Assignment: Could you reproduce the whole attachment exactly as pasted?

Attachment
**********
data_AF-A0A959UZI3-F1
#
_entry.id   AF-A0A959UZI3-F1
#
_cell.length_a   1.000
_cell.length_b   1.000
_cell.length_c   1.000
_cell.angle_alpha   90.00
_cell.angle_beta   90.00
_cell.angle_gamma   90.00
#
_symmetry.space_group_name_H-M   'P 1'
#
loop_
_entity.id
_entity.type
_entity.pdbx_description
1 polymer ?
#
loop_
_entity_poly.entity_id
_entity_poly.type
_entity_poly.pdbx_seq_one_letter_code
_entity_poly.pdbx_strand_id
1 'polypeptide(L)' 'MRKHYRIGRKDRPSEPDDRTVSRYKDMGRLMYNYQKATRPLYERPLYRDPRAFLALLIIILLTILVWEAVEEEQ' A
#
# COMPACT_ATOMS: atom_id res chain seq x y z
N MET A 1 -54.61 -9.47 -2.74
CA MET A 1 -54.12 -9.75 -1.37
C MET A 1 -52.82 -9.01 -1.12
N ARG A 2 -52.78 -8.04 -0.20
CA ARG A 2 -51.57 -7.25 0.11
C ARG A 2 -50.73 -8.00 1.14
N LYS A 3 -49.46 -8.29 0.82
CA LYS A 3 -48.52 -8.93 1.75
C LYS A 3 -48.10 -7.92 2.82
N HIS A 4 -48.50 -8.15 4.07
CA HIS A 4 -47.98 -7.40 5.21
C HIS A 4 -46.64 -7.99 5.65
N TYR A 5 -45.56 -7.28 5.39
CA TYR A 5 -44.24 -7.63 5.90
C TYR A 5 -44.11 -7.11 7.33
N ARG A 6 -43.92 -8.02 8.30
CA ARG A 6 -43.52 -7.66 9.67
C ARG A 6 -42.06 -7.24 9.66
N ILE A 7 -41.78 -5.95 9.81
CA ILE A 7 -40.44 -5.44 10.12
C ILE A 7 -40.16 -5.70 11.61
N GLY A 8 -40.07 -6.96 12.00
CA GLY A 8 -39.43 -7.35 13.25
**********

data_AF-A0A959UZI3-F1
#
_entry.id   AF-A0A959UZI3-F1
#
_cell.length_a   1.000
_cell.length_b   1.000
_cell.length_c   1.000
_cell.angle_alpha   90.00
_cell.angle_beta   90.00
_cell.angle_gamma   90.00
#
_symmetry.space_group_name_H-M   'P 1'
#
loop_
_entity.id
_entity.type
_entity.pdbx_description
1 polymer ?
#
loop_
_entity_poly.entity_id
_entity_poly.type
_entity_poly.pdbx_seq_one_letter_code
_entity_poly.pdbx_strand_id
1 'polypeptide(L)' 'MRKHYRIGRKDRPSEPDDRTVSRYKDMGRLMYNYQKATRPLYERPLYRDPRAFLALLIIILLTILVWEAVEEEQ' A
#
# COMPACT_ATOMS: atom_id res chain seq x y z
N MET A 1 -54.61 -9.47 -2.74
CA MET A 1 -54.12 -9.75 -1.37
C MET A 1 -52.82 -9.01 -1.12
N ARG A 2 -52.78 -8.04 -0.20
CA ARG A 2 -51.57 -7.25 0.11
C ARG A 2 -50.73 -8.00 1.14
N LYS A 3 -49.46 -8.29 0.82
CA LYS A 3 -48.52 -8.93 1.75
C LYS A 3 -48.10 -7.92 2.82
N HIS A 4 -48.50 -8.15 4.07
CA HIS A 4 -47.98 -7.40 5.21
C HIS A 4 -46.64 -7.99 5.65
N TYR A 5 -45.56 -7.28 5.39
CA TYR A 5 -44.24 -7.63 5.90
C TYR A 5 -44.11 -7.11 7.33
N ARG A 6 -43.92 -8.02 8.30
CA ARG A 6 -43.52 -7.66 9.67
C ARG A 6 -42.06 -7.24 9.66
N ILE A 7 -41.78 -5.95 9.81
CA ILE A 7 -40.44 -5.44 10.12
C ILE A 7 -40.16 -5.70 11.61
N GLY A 8 -40.07 -6.96 12.00
CA GLY A 8 -39.43 -7.35 13.25